Hartlepool-Monkey-660x330.jpg

 

So you think you know about Islam?

I have a pet hate, namely people who rant on about subjects where they have “received knowledge” (DE: erhaltene Weisheit) or pure prejudice.  I like the German term: Kneipenprofessor (“pub professor”).  I don’t mind you disagreeing with me – as long as you have done your homework, and not just read some Facebook post/internet meme that fits with your prejudices.

So you think you know about Muslims and Islam?  In that case, have a go at this exam paper.  I sat it in January 1993 and got 61% for it, which is a good 2:1 grade.

EPSON MFP image

To quote the famous barrister, F E Smith, on explaining a point of law to a judge:

You may be none the wiser, but you are most certainly now much better-informed.

You have one and half hours starting… now!

Have an academic day, won’t you!

pen writing notes studying

Photo by Tookapic on Pexels.com

Our Mother Tongue (4)

Russia has Pushkin.

Germany has Brecht.

France has… I haven’t a clue…

England has Shakespeare.  Shakespeare invented lots of words, eg assassin, bump, even the word “elbow” (cf: German: “Elbogen”).

Take a look at these beauties!

And for a bonus, take a look at these Shakespearean insults, thou curmudgeonly apple-worm!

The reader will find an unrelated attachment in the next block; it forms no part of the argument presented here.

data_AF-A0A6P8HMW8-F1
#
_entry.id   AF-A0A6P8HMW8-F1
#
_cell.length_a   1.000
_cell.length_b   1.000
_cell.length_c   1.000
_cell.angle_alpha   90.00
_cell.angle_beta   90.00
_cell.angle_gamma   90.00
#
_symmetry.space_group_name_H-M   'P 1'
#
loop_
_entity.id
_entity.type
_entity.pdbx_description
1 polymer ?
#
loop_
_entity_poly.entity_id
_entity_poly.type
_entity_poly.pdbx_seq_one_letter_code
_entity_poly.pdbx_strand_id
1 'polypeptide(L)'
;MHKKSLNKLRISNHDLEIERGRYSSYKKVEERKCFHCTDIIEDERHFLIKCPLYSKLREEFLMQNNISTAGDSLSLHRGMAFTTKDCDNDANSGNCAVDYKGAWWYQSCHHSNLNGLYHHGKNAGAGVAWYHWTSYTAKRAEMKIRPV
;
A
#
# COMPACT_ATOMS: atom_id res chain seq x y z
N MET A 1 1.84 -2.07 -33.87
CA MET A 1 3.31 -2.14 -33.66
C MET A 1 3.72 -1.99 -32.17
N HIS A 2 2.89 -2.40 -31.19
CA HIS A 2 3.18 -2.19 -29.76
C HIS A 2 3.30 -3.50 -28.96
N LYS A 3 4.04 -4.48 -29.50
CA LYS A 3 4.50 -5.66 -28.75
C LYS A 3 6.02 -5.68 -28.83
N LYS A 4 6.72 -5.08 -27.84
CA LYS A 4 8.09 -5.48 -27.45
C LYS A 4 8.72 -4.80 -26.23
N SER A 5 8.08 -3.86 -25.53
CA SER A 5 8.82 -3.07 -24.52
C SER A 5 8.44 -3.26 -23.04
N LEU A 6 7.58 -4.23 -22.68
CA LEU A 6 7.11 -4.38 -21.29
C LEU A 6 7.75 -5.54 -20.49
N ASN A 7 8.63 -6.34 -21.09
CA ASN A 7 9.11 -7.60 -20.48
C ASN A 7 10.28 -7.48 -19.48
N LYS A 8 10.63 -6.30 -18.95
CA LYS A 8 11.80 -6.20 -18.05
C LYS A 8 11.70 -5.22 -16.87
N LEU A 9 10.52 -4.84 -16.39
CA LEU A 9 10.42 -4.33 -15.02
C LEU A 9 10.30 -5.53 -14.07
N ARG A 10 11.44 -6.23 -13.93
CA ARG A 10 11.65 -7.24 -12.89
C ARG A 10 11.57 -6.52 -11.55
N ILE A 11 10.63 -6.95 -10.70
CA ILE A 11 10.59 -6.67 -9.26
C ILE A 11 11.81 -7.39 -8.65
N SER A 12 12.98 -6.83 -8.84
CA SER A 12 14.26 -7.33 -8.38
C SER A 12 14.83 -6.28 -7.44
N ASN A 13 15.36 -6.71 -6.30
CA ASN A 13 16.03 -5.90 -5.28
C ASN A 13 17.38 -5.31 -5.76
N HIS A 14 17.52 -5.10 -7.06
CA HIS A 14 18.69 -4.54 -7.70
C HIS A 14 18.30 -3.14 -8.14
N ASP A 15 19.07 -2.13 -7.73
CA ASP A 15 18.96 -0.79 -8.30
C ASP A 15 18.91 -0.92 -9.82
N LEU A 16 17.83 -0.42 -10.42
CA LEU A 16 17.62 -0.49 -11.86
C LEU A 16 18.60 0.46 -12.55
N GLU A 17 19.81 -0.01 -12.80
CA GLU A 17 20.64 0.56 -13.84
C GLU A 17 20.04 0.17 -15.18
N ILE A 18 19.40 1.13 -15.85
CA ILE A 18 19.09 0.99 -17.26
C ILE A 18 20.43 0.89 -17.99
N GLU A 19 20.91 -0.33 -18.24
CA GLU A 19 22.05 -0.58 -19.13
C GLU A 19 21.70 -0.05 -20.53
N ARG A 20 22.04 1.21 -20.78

Have an inventive day, won’t you!

 

 

Ladykiller

“Avid” (ahem) readers of this blog will know from previous articles that I have a few claims to fame.  I also have a link to notoriety, namely: my room-mate in my first year at university went on to murder his girlfriend.  The number 1 question I am asked is:

What was he like?

It is the aim of this article to offer you a insight into the character of a convicted murder.  I’ll start with a look at the stereotype of a murder, the reality, then I’ll move onto two key aspects of his personality.

The Stereotype

The stereotype of a murderer can be summed up thus:

Well, he was a bit of a loner.

That was never the case with John.  He was, to use his words from his press conferences, “…outgoing, a lover of life, with everything to live for…”  He was:

  • Very extrovert
  • Jovial
  • A charmer
  • A keen cricketer
  • A keen footballer
  • A keen drinker
  • A keen electric guitarist and rock musician
  • A bit of a “jock” (to use an American expression)
  • The “life and soul of the party”

Again, contrary to the stereotype, he had a wide circle of friends and a never-ending string of girlfriends.  (By heck, was I – as a slightly nerdy lad, a ginger Adrian Mole, from the council estates of Redcar – jealous of his success with women!)

The reality was, however, not so attractive.  John had two aspects of his personality lurking below the surface. Let’s be blunt about it.  They were not likeable aspects.

Aspect 1: Passive Aggression